DH: A call for evidence (by 27 July 2012) on how procurement in the NHS can be transformed has been issued. Views & contributions are being sought from the NHS, industry, other government departments, the academic, scientific & third sectors and social care. This could include actions for the Department of Health, wider government, industry, the NHS Commissioning Board, other National bodies, the NHS, or other sectors.
Press release & links ~ CBI comment
DH: Keeping track of what you eat and choosing healthier foods could be made easier thanks to a UK-wide consultation (closes on 6 August 2012) launched recently. UK health ministers want to see all food manufacturers & retailers use the same system to show – on the front of packs – how much fat, salt & sugar, and how many calories are in their products.
EU News: Industrial innovation is one of the key drivers to improve our competitiveness. This is why the Commission has launched a new public consultation, which is meant to provide input for the mid-term review of the industrial policy communication planned for September 2012. The public consultation runs until 7 August 2012. A summary report will be published on the public consultation webpage.
ICO: The Information Commissioner’s Office (ICO) has begun a public consultation (closes on 23 August 2012) on a new anonymisation code of practice. The code will provide guidance on how information can be successfully anonymised and how to assess the risks of identification. A final version of the ‘Anonymisation Code of Practice’ is due for publication in September 2012.
The consultation will be relevant to any organisation that wants to release anonymised data, for example under the government’s open data agenda.
The ICO has also launched a tendering process to establish a network of experts to share best practice around the release of data in an anonymised form.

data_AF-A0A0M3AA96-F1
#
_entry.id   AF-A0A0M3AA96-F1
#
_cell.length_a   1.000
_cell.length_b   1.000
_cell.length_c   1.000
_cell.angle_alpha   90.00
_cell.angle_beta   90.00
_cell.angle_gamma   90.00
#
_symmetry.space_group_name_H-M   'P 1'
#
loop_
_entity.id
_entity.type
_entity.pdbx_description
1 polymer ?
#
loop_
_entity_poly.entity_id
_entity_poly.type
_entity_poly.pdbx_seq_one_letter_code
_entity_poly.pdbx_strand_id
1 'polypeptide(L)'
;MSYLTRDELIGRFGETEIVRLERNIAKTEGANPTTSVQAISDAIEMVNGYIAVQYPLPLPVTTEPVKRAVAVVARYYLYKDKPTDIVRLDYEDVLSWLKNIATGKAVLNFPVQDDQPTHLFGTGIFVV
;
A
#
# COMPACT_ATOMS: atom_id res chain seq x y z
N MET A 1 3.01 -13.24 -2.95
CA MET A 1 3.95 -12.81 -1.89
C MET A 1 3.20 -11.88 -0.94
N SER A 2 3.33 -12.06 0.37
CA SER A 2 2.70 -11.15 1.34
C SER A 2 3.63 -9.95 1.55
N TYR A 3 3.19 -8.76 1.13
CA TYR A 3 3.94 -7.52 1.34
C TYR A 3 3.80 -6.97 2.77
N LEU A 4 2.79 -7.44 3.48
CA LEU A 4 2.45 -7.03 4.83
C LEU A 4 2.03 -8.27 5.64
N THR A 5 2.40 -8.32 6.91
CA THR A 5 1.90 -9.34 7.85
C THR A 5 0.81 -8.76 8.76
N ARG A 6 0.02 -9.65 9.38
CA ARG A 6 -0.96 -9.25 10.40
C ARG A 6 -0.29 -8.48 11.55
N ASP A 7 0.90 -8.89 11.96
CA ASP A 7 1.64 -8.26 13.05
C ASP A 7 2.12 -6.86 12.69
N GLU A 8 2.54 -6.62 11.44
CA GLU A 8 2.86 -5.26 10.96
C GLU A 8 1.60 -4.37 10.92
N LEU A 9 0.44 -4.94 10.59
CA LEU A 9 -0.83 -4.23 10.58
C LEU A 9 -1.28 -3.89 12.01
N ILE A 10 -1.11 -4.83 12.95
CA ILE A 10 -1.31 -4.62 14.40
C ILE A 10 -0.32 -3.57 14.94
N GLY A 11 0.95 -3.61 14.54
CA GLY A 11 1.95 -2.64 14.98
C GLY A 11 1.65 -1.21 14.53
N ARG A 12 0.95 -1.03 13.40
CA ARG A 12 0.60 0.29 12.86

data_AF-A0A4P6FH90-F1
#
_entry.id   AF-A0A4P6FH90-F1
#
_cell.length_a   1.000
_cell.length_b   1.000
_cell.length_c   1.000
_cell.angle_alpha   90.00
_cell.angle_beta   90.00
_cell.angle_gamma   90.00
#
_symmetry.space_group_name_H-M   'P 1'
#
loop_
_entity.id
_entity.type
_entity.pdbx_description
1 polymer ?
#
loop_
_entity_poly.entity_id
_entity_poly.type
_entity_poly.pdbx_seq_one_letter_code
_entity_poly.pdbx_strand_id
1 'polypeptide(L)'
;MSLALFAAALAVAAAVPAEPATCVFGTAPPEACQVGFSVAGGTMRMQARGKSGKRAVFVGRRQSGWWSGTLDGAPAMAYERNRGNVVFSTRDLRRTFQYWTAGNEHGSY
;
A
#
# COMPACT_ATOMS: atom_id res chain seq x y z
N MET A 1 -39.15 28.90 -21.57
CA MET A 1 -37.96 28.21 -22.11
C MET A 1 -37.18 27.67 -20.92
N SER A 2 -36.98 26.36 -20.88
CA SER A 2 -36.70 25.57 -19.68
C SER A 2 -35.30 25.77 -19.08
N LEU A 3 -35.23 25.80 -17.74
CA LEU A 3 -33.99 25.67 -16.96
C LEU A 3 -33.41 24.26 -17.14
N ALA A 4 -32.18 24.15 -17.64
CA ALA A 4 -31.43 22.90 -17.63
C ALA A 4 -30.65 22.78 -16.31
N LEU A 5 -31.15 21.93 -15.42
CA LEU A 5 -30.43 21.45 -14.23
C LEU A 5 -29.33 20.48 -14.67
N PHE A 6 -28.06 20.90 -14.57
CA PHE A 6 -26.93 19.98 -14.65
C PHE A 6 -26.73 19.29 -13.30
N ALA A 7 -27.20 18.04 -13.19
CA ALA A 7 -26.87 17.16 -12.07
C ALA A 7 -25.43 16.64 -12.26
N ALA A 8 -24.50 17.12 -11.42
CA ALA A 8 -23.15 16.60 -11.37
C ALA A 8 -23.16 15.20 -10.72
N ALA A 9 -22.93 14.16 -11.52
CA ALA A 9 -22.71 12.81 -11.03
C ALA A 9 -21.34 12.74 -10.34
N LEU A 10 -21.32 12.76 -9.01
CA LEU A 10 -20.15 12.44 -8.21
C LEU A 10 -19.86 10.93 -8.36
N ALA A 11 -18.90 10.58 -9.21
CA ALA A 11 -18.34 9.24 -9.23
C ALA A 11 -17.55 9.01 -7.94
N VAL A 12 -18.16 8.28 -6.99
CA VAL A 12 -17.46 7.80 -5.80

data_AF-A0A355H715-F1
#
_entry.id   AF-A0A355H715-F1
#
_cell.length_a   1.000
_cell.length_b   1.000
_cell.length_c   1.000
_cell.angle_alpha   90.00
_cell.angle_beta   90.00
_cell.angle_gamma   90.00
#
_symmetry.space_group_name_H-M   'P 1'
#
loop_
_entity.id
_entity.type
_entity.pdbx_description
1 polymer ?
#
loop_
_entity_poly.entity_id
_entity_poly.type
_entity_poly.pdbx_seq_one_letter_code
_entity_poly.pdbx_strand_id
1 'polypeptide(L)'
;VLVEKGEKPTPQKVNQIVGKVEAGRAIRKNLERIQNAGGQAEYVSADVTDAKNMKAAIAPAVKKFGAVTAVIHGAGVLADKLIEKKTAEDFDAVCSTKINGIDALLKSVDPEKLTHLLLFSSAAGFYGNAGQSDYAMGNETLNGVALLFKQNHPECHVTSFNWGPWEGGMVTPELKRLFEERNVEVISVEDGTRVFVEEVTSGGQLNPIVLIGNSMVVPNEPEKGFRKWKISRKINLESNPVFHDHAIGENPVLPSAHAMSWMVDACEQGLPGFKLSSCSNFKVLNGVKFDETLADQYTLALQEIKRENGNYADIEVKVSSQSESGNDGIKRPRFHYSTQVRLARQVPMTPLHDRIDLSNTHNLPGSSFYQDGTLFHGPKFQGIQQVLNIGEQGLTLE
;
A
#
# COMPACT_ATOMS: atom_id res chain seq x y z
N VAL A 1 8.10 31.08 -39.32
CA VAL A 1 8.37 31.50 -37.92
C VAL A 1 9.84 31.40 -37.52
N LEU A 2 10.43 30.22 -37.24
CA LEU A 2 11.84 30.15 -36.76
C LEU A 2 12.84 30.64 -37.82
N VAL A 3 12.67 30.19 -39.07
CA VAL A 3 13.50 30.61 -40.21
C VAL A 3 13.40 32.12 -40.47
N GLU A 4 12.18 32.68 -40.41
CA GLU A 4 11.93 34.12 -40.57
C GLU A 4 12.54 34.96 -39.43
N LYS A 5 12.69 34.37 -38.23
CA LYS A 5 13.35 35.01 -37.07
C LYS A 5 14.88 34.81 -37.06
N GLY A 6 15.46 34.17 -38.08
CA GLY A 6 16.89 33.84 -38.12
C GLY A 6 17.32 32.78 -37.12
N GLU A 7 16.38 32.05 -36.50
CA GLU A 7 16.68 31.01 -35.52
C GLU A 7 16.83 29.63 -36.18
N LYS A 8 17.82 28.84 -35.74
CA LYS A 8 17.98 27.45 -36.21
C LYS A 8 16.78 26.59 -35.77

WAG: The Deputy Minister for Skills, Jeff Cuthbert has launched the initial findings of the Review of Qualifications for 14 to19-year-olds, for consultation. Following this consultation and further evidence gathering, the Board will submit its final report & recommendations to the Deputy Minister by the end of 2012.
You can take part in the consultation by submitting your responses to the questions raised. In addition, you can apply to present your views to the Review Board in person, by attending the evidence day on 11 July 2012 in Newtown. The closing date for responses is 1 September 2012.
FSA: The Financial Services Authority (FSA) is consulting on rules to ensure investors taking out a retail investment product such as a personal pension or a life policy receive a realistic indication of potential future returns & charges.
Send the FSA your responses to Chapter 2 by 29 June 2012 and to Chapters 3 & 4 by 31 August. Responses to Chapter 5 should be sent direct to the FRC.
EU News: The European Commission is inviting comments on the application of EU state aid rules to the public funding of broadband networks. Comments on the draft guidelines should be submitted by 3 September 2012. On the basis of the comments received, the Commission intends to adopt definitive Broadband Guidelines in December 2012.
Guidance Notes and Best Practice Guides
WAG: New guidance aimed at helping to reduce the time it takes to deal with planning applications has been launched by Environment Minister, John Griffiths. The latest addition to the improvements is a new practice guide designed to encourage people submitting planning applications to talk through their plans with their local authorities before actually submitting them.
FSA: The Food Standards Agency saw an increase in the number of food incidents it investigated last year. These included reports of contaminated or illegal food entering the food chain, with some potentially harmful to the public. According to the Annual Report of Incidents 2011, 1,714 food incidents were investigated by the FSA last year, compared to 1,505 in 2010.
ScotGov: The Scottish Government has exceeded its target to deliver 6,000 affordable homes each year, official statistics have confirmed. In total, 6,882 homes were delivered under the Affordable Housing Supply Programme in 2011/12, supporting jobs & work for the Scottish construction industry. Of that total, 82% were for social rent.
WAG: Investment in growth, quicker access to NHS services, success rates of apprentices and greater support for small businesses are among the progress outlined in the Welsh Government’s first comprehensive annual report. The Programme for Government annual report - the most comprehensive record of Welsh Government progress ever produced - tracks progress on over 300 indicators of government work.